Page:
Explore holidays in Zakynthos
With a name rooted in the native hyacinth, the beautiful island destination of Zakynthos is much loved for its scenery. Roads meander through pinewoods and vineyards, a contrast to golden beaches; while walks take you past monasteries, whitewashed chapels and forgotten Venetian ruins.
Luxury holidays in Zakynthos, also known as Zante, are as much for lovers of nature, art and history as for beach-seeking families, and children will be well looked after in our popular Kids club. To complete the picture, we also offer a selection of handpicked luxury villas to help you make the most of this scenic island.
A selection of our holidays in Zakynthos
* Prices include seven nights’ accommodation, flights and transfers/car hire, based on the lowest rate for maximum occupancy.
Our guide to Zakynthos
In this section...
Introduction to Zakynthos
A land of ancient beauty
The enchanting island of Zakynthos was named after the son of King Dardanos of Troy. In Homer’s Odyssey, the Greek writer and poet tells us of the prince’s arrival in 1500 BC – when he ‘freed the land of snakes and built his Acropolis’. Of course, the ruins of the mythical temple will never be found, though a more romantic place to go on your own quest to find them is hard to imagine. Homer’s home country will soon have you hooked and returning will simply become a matter of when. ‘For me there is no place sweeter to the sight than my native land,’ he wrote. Apt words indeed.
The flower of the east
Zakynthos remains among the least developed of the larger Greek islands. Bustling beaches are easily outnumbered by quiet coves and secret bays, enticing would-be castaways to an afternoon of blissful solitude or perhaps a little rock-pool exploration.
The interior of the island is a lush expanse, the serendipity of the south and drama of the north losing pace in equal measure as each submits to the gently undulating plain between. Listen carefully here, they say, and you might hear the god, Apollo, playing his lira under a bay tree, putting the island’s beauty to music.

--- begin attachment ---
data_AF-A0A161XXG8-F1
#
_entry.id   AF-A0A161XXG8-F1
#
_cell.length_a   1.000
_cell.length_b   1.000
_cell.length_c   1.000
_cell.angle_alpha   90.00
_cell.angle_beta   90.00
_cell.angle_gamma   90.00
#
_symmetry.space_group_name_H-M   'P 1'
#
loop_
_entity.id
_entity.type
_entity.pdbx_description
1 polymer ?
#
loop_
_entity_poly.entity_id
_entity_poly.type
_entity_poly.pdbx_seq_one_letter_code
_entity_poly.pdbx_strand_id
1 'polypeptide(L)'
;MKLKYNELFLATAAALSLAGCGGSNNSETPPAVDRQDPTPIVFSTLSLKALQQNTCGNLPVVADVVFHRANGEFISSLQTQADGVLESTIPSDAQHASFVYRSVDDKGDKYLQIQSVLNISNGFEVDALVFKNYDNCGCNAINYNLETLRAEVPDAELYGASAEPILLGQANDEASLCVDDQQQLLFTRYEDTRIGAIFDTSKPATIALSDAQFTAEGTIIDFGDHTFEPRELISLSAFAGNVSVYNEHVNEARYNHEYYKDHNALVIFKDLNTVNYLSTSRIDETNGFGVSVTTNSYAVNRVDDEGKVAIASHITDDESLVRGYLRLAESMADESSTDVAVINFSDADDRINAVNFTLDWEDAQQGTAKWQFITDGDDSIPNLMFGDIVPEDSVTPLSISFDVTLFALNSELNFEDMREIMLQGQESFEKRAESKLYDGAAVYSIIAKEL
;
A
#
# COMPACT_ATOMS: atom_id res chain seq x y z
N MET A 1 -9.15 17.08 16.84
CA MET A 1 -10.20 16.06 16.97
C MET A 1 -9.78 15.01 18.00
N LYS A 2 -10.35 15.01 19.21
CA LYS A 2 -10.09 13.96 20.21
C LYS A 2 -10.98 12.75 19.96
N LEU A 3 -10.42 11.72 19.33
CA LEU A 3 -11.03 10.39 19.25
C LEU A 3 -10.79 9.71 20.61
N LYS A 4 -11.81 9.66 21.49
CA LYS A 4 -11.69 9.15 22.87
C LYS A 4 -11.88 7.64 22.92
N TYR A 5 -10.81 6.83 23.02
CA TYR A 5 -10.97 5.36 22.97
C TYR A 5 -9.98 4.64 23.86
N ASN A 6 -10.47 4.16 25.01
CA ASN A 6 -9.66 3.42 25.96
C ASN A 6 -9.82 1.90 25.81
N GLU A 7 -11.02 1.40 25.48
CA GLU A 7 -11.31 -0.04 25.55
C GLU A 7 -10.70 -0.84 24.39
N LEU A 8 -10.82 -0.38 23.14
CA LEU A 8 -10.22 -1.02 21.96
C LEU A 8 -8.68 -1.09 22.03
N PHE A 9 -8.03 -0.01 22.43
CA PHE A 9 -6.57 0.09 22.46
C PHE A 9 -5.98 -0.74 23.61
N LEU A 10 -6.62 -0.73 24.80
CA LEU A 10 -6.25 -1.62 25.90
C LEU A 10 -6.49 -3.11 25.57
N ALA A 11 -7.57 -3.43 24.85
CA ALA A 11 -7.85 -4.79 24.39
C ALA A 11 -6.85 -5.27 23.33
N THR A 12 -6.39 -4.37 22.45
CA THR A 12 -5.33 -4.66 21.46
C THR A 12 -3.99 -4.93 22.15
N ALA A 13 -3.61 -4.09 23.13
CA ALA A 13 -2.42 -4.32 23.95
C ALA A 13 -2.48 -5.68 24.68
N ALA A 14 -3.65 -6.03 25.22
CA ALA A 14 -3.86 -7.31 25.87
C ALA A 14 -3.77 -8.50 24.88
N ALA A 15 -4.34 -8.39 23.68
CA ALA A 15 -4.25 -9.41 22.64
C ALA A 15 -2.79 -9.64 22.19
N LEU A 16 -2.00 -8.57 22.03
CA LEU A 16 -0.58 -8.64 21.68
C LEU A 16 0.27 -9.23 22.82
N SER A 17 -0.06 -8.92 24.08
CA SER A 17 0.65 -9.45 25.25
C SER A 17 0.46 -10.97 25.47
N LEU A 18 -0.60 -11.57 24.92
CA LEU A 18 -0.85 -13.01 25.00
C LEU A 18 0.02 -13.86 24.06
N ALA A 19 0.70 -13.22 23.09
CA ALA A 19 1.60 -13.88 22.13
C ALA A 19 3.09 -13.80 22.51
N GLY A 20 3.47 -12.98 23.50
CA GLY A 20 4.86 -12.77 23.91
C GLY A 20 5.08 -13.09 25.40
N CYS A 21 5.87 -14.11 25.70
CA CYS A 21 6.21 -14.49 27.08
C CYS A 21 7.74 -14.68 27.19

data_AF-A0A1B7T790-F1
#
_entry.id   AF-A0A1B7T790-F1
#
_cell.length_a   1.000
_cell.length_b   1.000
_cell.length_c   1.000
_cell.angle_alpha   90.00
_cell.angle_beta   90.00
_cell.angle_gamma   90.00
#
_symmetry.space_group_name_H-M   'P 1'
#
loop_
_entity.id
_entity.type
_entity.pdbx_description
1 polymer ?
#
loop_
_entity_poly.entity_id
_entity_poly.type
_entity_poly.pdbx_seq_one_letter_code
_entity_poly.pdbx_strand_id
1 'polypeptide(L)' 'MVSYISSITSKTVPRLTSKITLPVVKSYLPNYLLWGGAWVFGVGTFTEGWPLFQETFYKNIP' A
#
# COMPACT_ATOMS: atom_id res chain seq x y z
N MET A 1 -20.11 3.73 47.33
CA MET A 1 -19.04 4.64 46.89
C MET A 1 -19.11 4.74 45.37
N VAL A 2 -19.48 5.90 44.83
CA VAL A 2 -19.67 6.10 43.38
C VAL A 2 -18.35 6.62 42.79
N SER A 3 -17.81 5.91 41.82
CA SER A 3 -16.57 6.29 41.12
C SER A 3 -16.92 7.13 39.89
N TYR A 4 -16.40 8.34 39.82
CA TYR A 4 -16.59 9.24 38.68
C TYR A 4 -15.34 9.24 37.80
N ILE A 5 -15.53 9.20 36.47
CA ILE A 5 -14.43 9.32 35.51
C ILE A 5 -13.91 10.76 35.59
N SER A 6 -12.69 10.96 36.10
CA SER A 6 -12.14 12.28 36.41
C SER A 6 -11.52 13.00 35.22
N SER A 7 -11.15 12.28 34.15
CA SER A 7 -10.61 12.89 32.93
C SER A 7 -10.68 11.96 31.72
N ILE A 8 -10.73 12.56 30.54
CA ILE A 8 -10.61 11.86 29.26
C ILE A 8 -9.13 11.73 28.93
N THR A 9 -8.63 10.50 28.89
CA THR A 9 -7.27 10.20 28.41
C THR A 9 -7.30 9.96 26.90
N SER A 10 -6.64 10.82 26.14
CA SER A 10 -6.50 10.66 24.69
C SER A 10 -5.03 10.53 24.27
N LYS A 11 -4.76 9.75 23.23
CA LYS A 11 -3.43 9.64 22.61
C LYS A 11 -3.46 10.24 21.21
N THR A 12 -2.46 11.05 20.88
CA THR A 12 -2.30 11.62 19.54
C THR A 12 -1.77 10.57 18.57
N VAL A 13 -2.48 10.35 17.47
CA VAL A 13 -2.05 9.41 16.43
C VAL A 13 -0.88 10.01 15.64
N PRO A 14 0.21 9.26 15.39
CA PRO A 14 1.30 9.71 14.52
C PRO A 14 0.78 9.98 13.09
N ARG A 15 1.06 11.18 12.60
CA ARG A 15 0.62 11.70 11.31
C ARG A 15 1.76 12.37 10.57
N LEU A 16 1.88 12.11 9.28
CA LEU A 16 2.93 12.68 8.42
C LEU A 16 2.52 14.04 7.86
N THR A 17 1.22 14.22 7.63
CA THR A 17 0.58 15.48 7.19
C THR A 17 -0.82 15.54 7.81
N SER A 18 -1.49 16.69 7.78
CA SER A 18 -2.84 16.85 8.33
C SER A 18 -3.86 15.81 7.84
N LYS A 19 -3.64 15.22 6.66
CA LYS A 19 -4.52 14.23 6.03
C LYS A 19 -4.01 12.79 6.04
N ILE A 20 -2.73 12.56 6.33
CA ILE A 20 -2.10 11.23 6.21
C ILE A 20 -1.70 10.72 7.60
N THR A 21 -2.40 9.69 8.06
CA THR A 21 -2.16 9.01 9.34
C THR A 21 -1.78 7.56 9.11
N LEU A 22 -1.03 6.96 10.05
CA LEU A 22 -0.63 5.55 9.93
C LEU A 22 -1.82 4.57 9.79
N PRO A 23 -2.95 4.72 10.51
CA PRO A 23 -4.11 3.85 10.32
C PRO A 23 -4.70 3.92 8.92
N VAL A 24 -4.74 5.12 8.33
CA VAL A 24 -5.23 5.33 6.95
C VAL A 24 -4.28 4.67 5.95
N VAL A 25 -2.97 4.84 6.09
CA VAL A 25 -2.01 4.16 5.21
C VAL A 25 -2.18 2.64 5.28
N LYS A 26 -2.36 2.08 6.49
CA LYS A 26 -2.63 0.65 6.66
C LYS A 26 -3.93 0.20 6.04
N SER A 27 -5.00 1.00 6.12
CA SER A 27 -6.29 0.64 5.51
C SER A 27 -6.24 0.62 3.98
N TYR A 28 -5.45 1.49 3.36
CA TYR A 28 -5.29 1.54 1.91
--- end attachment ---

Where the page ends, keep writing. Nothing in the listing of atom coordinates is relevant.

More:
Zante by name…
Hugging a sweeping bay on the east coast, Zakynthos Town is the epicentre of all things governmental, commercial and cultural. Bookended by the island’s port (to the south) and the ancient church of Agios Nikolaos tou Molou (to the north), the thriving heart of town beats down by the waterfront.
If Zante – as the town’s alias goes – has a centre, the vast square of Agios Dionysios is surely it. The buildings here rose from the rubble of the massive 1953 earthquake, their grandeur and refined style an echo of Zakynthos’ Venetian rule and befitting of an island capital.
Children come first
The southern peninsula went blissfully unnoticed when tourists came looking for a home from home. Here, a Greece of days gone by ticks along behind Mount Skopos and secretly luxuriates in the heat to the gentle lap of waves against golden sands.
As the sun shines on the peninsula, so generous hospitality shines on all who pass by. The locals dote on their visitors – with children the real guests of honour. Cafés and tavernas in the area are unanimous in their resolve to provide exciting play areas for little ones which, in turn, offer parents the opportunity for unhurried conversation.
Mere metres from our Periyali Villas lies one of the most important conservation areas in the Mediterranean. Gerakas Beach, a stunning, pine-fringed, horseshoe stretch of golden sand, forms part of the Marine Park Conservation Area and is a rare nesting site for the loggerhead turtle, which is currently teetering precariously close to extinction.
The caretta caretta hatch by the hundreds on the beach every year. Occasionally, they make their appearance in the daytime, allowing luckier sunbathers to witness the special event and urge a hatchling on as it makes its way from sand to sea.
At a glance
Map and other regions
Food & drink
A taste of Zakynthos
As is the Greek way, food in Zakynthos is prepared with locally sourced, seasonal ingredients, many organic, using simple recipes with exquisite results. Hot and cold starters are generally shared, in preparation for a feast of slow-roasted meat – lamb, calf, pork or chicken – or grilled fish. Stuffed rabbit cooked in wine is an island favourite and look out for skordostoumbi melitzana (made with aubergine and garlic) and ladotiri, an oiled cheese unique to Zakynthos, as well as the local olives and wine.
Dessert isn’t usually served in restaurants – at least not to the locals. Instead, a sweet treat grabbed from a bakery or ice cream shop passed on the way home is the done thing. Island specialties are recognisable for their almond bias and, if you’ve got a sweet tooth, bougatsa (filo pastry stuffed with creamy custard and covered with icing sugar and cinnamon) and pasteli (bars of caramelised sesame seeds with home-produced honey) deserve some attention.